On life and loss. Again.
In the last ten or so years I’ve lost my father, my brother, my best friend, my grandmother, and now my mother. I’m tired. I’m tired of working through grief only to face death again and start the process all over. I’m tired of the usual first year milestones following someone’s passing when all you can feel is a punch in the gut at every holiday or every time you come across an email or a card that’s been tucked away. I’m tired of crying. I’m tired of being sad. I’m tired of putting the people I love in the awkward positon of not knowing what to say to the things that happen in my fucked up life. I’m tired of being tired of all of this.
But, like my mom, I am a fighter. I am strong. And I do not and will not give up.
I am trying to find peace. I am trying to smile. I am trying to tell the people I love that I love them. I am trying to appreciate all of the little things that we so quickly and easily take for granted. I am trying to savor each moment, whether crying or laughing. I am trying to come to terms with being 44 and not having parents. I am trying to imagine how I’ll feel over the next year. I am trying to remember that the one thing I admire most about my mom, which I didn’t appreciate as much as I should have while she was alive, is that she lived each day with an optimism that I have never seen before.
My mom was sick. Really sick. She kept a lot of it to herself. She didn’t want anyone to worry about her. My siblings and I tried to push her on things but as positive as she was, she was equally stubborn. My mom did and said what she wanted, when she wanted. She didn’t have an easy life but she lived her life trying to make the most of every situation. Her optimism, which I often joked was her alternate reality, couldn’t have been more clear than on one of the last days of her life. Her nurse, Ashley, called my siblings together and told us that my mom had signed a DNR order and that she was adamant that there should be no life-saving measures should anything happen to her. I know that my mom knew then she wasn’t long for this world.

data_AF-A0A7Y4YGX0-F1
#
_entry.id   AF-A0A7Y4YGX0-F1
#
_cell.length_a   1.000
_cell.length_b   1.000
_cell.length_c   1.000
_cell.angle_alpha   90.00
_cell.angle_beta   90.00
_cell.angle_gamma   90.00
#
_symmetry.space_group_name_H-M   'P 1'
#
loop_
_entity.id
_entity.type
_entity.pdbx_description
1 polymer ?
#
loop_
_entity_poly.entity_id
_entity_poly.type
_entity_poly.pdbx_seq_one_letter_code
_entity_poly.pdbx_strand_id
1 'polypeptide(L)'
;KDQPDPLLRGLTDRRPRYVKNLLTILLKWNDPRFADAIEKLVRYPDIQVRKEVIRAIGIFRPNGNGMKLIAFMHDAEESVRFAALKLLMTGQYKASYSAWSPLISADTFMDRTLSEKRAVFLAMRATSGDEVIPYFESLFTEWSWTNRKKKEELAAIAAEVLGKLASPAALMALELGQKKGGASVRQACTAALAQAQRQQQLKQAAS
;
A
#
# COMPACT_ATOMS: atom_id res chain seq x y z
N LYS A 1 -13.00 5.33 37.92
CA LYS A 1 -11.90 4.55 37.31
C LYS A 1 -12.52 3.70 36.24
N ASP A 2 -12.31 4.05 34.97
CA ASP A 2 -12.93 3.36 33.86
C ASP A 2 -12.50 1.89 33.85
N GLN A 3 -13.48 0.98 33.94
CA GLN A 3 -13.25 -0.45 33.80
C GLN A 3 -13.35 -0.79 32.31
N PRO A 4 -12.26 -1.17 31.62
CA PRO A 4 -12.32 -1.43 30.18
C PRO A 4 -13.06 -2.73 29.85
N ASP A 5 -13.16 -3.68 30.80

Later that morning my sister and I walked into her hospital room and she greeted us with a smile and two thumbs up. We asked how she was doing and she said “I’m good, everything is going to be fine, don’t worry.” We then told her that we knew that wasn’t true and we let her know we talked to Ashley. She then said “last night was terrible.” We spent the next 24 hours at her side and when she needed rest we kept vigil in the ICU waiting room. We left to return home, trying to get out of Florida before Hurricane Matthew. She called us chickens. We told her we’d be back soon even though we didn’t really know what to expect. We told her that we loved her, we knew that she loved us, and that we would be OK. We told her that we supported whatever decision she wanted to make. If she wanted to fight, we would fight with her. If she did not, that was OK too. When she said goodbye to my brother she told him she’d be watching over him. Before we left her bedside, we had a group hug and kissed her through her breathing mask. We knew. We didn’t want to know. But we did. And that is a fucking pain that you cannot even articulate.
We’ll never truly know how much pain our mom was in. We’ll never really know how she felt or, in some cases, the full extent of her illnesses. We knew that she was done fighting when she told Ashley she was ready to go to heaven to be with Lanny. And we know that she loved each us in her own unique way. We also know that she passed peacefully and she will never again struggle to breathe. She will never again be in pain. And we know that we now have another angel watching over us and guiding us through this mystery called life.
Love you mom.